Apple posts public apology to Samsung in UK

Apple Inc. today posted the following statement on their UK website, verbatim:

Samsung / Apple UK judgment

On 9th July 2012 the High Court of Justice of England and Wales ruled that Samsung Electronic (UK) Limited’s Galaxy Tablet Computer, namely the Galaxy Tab 10.1, Tab 8.9 and Tab 7.7 do not infringe Apple’s registered design No. 0000181607-0001. A copy of the full judgment of the High court is available on the following link

In the ruling, the judge made several important points comparing the designs of the Apple and Samsung products:

“The extreme simplicity of the Apple design is striking. Overall it has undecorated flat surfaces with a plate of glass on the front all the way out to a very thin rim and a blank back. There is a crisp edge around the rim and a combination of curves, both at the corners and the sides. The design looks like an object the informed user would want to pick up and hold. It is an understated, smooth and simple product. It is a cool design.”

“The informed user’s overall impression of each of the Samsung Galaxy Tablets is the following. From the front they belong to the family which includes the Apple design; but the Samsung products are very thin, almost insubstantial members of that family with unusual details on the back. They do not have the same understated and extreme simplicity which is possessed by the Apple design. They are not as cool.”

That Judgment has effect throughout the European Union and was upheld by the Court of Appeal on 18 October 2012. A copy of the Court of Appeal’s judgment is available on the following link There is no injunction in respect of the registered design in force anywhere in Europe.

However, in a case tried in Germany regarding the same patent, the court found that Samsung engaged in unfair competition by copying the iPad design. A U.S. jury also found Samsung guilty of infringing on Apple’s design and utility patents, awarding over one billion U.S. dollars in damages to Apple Inc. So while the U.K. court did not find Samsung guilty of infringement, other courts have recognized that in the course of creating its Galaxy tablet, Samsung willfully copied Apple’s far more popular iPad.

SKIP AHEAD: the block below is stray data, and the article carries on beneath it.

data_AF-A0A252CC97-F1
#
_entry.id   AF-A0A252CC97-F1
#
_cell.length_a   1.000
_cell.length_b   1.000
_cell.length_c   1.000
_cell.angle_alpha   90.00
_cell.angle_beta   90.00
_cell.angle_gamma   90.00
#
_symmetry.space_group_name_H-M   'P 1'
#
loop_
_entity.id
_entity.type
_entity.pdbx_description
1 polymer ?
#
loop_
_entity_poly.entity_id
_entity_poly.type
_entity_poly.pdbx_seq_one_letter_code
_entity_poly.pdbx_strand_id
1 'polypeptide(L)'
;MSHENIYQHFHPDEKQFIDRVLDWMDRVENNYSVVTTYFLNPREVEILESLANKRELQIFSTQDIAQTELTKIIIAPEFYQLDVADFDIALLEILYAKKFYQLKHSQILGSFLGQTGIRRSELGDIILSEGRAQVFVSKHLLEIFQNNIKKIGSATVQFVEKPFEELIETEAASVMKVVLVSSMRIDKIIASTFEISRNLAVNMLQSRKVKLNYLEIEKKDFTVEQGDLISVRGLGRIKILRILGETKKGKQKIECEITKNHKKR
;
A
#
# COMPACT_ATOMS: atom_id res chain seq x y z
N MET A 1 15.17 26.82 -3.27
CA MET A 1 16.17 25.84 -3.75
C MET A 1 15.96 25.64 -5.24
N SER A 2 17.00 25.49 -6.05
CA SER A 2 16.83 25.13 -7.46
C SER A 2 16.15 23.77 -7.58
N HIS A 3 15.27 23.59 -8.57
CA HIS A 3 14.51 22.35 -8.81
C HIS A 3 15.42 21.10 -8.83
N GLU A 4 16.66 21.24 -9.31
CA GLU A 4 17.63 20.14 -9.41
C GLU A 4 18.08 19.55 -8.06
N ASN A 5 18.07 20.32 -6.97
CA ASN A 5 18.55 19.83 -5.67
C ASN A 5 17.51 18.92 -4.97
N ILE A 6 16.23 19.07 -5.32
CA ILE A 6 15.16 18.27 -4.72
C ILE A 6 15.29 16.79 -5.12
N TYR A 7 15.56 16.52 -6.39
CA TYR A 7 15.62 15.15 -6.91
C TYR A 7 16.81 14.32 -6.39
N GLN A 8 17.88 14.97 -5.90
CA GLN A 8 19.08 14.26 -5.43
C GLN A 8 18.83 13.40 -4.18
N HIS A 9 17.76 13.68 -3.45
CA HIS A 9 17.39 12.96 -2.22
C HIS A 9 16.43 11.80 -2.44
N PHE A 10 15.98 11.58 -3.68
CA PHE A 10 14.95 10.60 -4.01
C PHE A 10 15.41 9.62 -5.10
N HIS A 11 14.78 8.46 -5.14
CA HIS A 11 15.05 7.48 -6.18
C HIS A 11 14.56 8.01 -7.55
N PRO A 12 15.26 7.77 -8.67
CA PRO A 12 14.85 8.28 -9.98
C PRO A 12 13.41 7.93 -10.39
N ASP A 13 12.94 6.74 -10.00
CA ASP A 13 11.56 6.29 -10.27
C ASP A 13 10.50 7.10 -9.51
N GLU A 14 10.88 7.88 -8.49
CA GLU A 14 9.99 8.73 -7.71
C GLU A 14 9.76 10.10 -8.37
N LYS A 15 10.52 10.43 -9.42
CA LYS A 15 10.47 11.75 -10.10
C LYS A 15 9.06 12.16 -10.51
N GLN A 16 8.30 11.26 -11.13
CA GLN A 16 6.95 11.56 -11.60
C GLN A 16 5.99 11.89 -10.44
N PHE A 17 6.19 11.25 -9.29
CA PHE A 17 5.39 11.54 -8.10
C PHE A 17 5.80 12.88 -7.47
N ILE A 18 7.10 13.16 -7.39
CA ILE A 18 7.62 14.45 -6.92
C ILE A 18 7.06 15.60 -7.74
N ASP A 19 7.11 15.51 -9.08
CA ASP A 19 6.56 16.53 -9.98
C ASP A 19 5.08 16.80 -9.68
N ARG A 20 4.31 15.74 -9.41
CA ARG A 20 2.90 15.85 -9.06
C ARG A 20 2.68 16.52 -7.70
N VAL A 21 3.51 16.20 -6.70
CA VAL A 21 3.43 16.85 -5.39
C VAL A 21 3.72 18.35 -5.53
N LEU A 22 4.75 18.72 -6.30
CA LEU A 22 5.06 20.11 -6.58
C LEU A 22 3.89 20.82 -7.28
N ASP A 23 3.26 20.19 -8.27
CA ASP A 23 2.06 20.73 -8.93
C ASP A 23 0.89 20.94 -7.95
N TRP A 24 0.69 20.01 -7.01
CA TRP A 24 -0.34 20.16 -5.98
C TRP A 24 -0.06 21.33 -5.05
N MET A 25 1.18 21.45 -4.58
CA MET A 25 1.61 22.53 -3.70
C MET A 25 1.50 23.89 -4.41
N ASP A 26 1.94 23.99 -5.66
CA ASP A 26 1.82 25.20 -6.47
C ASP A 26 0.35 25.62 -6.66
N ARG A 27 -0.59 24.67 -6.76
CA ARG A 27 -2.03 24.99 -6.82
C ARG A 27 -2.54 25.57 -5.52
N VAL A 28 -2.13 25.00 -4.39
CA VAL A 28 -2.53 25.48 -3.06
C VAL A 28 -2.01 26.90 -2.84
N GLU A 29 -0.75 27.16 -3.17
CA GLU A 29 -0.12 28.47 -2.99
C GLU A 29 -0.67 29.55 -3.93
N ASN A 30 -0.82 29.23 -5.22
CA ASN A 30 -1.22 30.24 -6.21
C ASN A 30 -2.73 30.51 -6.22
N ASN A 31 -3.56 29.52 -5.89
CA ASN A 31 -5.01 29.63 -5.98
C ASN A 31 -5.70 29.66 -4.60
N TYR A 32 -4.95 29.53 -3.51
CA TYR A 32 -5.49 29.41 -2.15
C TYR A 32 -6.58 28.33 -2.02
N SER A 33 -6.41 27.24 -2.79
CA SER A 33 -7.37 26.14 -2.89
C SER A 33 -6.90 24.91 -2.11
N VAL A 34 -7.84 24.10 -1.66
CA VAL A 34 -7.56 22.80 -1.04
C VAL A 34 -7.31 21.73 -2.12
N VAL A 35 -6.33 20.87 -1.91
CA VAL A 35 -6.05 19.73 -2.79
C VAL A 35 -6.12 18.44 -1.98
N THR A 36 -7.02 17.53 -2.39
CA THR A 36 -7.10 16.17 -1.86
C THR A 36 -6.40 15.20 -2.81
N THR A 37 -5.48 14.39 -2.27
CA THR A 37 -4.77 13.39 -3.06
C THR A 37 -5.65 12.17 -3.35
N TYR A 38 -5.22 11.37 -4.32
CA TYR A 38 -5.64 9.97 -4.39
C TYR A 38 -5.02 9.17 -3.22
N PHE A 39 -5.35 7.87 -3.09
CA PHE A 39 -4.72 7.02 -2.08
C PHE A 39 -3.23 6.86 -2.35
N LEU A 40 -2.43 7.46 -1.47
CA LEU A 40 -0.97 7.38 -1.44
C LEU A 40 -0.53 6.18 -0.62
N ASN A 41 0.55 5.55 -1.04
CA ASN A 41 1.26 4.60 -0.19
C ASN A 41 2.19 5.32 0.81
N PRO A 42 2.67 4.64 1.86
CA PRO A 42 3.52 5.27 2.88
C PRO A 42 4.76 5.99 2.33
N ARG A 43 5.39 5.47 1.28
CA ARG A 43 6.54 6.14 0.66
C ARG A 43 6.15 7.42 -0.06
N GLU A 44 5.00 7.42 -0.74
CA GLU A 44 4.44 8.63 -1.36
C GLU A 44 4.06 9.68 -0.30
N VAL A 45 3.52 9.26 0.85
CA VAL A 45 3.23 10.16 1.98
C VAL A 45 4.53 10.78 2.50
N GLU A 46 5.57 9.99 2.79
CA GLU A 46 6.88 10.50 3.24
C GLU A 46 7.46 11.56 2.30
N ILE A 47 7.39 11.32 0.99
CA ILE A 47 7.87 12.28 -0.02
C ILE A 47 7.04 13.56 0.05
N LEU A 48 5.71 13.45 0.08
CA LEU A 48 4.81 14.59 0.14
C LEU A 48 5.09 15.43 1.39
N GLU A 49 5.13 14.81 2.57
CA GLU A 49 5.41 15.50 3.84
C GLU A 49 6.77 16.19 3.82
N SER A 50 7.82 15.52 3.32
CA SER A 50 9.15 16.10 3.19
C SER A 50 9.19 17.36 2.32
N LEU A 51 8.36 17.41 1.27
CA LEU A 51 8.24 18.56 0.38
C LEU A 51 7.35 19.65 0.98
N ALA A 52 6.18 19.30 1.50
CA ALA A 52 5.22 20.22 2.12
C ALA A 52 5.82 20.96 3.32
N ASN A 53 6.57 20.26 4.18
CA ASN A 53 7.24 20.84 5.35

Source: Apple Inc.

MacDailyNews Take: So concludes one of the stupidest judgements in history.

Apple’s products came first, then Samsung’s:

Samsung Galaxy and Galaxy Tab Trade Dress Infringement

Related article:
UK court upholds judgement: Samsung tablet does not infringe on Apple’s iPad designs because it’s ‘not as cool’; Apple forced to run ads saying Samsung did not copy iPad – October 18, 2012


    1. As recommended by many on this forum, Apple used the judge’s own words to turn a forced apology into a pro-iPad advertisement while fully complying with the direction of the court. The irony is delicious.

    2. If the judgement was to produce an apology, then I think the following line should have been added.

      “So, in conclusion, in fulfilling the courts orders…. Samsung, the High Court of England has decreed that Samsung is not as cool as Apple. We are sorry.”

      Just a thought.

    1. That certainly is not an apology in my books, more like a reports of the facts of the case. There is no statement along the lines of “we regret” or “we are sorry”. It certainly does not compare to the apology Tim Cook recently made to customers about their mapping application.

      I don’t know if the British judge will be satisfied with that, but I gather he proofed it before it was posted.